Re-emergence of Tainted Dairy Triggers Alarm over Food Safety
    2010-11-24 10:53:29     Xinhua      Web Editor: Zhangxu

by Xinhua writers Shi Shouhe, Su Xiaozhou

The resurfacing of melamine-tainted dairy products in central China has triggered alarm once again over food safety in the aftermath of the 2008 dairy scandal that rocked China's dairy industry.

Last week, market regulators in Xiangfan, in the central province of Hubei, asked local businesses to trace 50 packages of corn-flavored dairy drink that are believed to contain melamine, a toxic chemical normally used in manufacturing plastics. Each package contained 15 bottles.

Sample tests showed the melamine level in the beverage measured as high as 4.8 milligram (mg) per kg, suggesting that the chemical was deliberately added during the production process to fabricate higher protein content.

Further investigations indicated that the drink was produced in a dairy firm in the southern neighboring Hunan Province. Earlier this year, Xiangtan Yuanshan Dairy Industry Company, the producer, bought a 25kg bag of Dongyuan-branded milk powder, along with 2kg samples, from its long-term supplier as raw material for the dairy beverage.

The producer did not conduct a check over the milk powder as the raw material supplier had offered all required quality reports. However, a test conducted by the Hunan administration of quality supervision and inspection showed that the melamine content was as high as 68mg per kg, far exceeding the national standard.

Moreover, after a thorough probe by the quality watchdog, the quality reports provided by the supplier were proved to be fabricated.

In July this year, the Dongyuan-brand of milk powder, produced in west China's Qinghai Province, was exposed for containing excessive levels of melamine. The dairy company, Xiangtan Yuanshan, claimed that it bought the raw material without knowing it was tainted with melamine.

However, in a July inspection by the local food safety watchdog, the company concealed the fact that it was using milk powder to produce dairy beverages.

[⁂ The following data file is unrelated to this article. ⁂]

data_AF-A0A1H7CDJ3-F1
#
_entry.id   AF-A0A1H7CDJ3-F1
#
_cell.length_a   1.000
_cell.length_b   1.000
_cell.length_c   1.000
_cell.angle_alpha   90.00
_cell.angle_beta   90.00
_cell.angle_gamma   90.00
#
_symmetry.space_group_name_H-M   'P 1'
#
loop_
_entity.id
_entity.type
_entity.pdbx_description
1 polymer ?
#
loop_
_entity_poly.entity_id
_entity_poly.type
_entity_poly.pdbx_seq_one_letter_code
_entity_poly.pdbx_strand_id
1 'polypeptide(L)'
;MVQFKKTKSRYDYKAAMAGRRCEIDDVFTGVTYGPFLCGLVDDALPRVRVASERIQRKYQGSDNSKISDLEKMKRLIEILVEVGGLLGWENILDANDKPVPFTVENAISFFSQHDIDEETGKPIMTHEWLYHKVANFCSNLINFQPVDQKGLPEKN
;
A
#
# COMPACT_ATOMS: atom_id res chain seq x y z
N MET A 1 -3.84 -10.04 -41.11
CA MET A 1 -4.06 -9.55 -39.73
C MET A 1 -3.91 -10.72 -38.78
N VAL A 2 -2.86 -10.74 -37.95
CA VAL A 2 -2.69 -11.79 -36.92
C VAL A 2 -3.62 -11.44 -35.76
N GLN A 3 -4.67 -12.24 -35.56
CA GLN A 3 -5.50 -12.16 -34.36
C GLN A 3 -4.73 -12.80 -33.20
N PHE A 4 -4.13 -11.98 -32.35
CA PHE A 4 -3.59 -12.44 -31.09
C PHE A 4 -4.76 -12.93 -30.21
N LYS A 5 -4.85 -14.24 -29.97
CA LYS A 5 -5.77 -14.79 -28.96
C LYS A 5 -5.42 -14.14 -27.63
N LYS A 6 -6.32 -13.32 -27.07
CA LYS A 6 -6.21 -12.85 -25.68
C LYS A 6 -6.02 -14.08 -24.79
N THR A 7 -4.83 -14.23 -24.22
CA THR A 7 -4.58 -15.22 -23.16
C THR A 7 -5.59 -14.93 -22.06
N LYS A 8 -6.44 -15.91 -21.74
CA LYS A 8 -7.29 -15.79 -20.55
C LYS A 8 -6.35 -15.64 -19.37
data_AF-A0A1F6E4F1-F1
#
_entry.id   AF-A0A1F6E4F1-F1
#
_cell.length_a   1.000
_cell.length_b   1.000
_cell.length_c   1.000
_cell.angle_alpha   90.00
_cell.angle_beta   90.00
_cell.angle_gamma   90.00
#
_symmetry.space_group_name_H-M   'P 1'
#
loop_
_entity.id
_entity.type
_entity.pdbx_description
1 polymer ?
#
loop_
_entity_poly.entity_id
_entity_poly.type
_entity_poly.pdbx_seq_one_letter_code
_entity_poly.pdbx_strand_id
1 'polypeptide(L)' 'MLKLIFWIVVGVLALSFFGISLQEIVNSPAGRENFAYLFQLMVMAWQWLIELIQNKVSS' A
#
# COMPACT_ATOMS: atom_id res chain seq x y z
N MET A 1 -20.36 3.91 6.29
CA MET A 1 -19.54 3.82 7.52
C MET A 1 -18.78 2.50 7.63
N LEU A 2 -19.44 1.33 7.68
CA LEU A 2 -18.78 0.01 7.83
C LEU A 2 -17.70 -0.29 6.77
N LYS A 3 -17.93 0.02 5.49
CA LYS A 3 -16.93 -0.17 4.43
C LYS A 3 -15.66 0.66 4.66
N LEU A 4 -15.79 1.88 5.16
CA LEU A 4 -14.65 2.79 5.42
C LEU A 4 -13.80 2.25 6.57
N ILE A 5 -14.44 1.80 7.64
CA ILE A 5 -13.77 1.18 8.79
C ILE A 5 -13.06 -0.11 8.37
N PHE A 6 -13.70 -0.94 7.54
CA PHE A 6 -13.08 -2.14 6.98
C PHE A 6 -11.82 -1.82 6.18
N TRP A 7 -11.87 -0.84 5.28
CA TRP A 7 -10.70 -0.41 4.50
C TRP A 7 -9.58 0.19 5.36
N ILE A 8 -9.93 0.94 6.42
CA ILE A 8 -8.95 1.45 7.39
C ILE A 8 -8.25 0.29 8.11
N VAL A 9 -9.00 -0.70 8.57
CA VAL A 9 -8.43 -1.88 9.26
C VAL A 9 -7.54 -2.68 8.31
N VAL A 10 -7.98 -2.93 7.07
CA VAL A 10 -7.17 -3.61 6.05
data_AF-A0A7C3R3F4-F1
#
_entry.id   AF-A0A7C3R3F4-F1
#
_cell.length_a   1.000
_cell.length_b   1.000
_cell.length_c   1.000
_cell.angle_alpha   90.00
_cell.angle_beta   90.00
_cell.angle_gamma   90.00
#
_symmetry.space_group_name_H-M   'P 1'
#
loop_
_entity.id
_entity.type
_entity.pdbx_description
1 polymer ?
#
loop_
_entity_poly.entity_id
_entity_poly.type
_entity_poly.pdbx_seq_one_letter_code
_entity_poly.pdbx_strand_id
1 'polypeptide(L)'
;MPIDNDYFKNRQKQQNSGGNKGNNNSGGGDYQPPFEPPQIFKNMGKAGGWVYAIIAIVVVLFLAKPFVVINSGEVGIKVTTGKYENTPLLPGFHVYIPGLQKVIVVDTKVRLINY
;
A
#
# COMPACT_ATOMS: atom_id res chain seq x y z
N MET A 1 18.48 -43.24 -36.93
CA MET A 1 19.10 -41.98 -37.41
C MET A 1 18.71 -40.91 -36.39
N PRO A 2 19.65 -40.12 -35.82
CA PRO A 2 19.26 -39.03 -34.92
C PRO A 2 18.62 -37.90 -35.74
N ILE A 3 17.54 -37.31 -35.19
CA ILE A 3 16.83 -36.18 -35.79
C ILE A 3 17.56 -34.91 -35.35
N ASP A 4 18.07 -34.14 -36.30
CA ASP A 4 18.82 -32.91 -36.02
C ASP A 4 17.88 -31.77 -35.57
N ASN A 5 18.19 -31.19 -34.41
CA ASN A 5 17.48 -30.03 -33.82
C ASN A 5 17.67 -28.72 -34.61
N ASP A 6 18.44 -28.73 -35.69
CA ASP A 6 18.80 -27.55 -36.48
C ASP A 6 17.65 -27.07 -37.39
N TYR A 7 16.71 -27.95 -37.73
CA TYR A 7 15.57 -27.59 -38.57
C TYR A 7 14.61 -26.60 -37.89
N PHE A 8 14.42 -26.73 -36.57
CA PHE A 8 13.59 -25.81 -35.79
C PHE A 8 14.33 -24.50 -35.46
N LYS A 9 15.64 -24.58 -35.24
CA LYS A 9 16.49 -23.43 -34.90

Production in Xiangtan Yuanshan has since been halted and a local food safety watchdog has placed the case on file for further investigation and prosecution. The dairy firm is likely to face legal charges for breaking food safety laws, the local administration of quality supervision and inspection said on Tuesday.


This latest revelation in Hunan Province added to a spate of discoveries of melamine-tainted dairy earlier this year. In March, several Shanghai company executives were held responsible for the chemical misuse and sentenced to jail terms.

In July, police arrested four suspects who allegedly added melamine to milk formula and seized 76 tonnes of tainted milk powder and dairy products in northwest China' s Gansu and Qinghai provinces in a crackdown on food safety crimes. Dairy products tainted with melamine were also found in Jilin and Zhejiang provinces.

Tainted dairy products resurfaced despite the Chinese government stepping up their efforts in cracking down on food safety crimes since the Sanlu scandal in 2008 that resulted in the deaths of six infants and sickening 300,000 children across the country.

In September, the Chinese government called for an oversight of sales of melamine and dairy firms were required to keep records of all raw materials purchased. In the meantime, dairy firms were required to conduct melamine tests on all products before putting them on the market.

The re-emergence of tainted dairy products again sent chills through Chinese parents. Some have chosen to purchase imported milk formula ever since the 2008 dairy scandal.


Loopholes in the administrative supervision and manipulative manufacturers trying to get away with unqualified products are to blame for the re-emergence of melamine-tainted products, said Sang Liwei, a Beijing-based food safety lawyer and representative of a nonprofit organization, the Global Food Safety Forum.

Though the government has required that dairy firms install melamine testing equipment themselves, the order was rarely implemented in some small dairy businesses, as the 400,000-yuan (60,000 U.S. dollars) equipment is too heavy a burden, said Li Hongwei, director with the Xiangtan Quality and Technical Supervision Bureau.

Li's deputy, Chen Weihua, attributed the misuse of melamine in dairy products to the over competitive market that lacks effective supervision. According to Li, many small dairy firms prefer to purchase raw materials from low-end suppliers to cut costs. This, he said, increased the quality risks.

Dai Xiang, board chairman of the dairy firm Xiangtan Yuanshan, complained that it was easy to fabricate a quality report but difficult for his company to identify the authenticity. In his case, Dai said he had trusted the quality reports from the raw material supplier, which proved to be falsified. "We are also the victim," Dai said.


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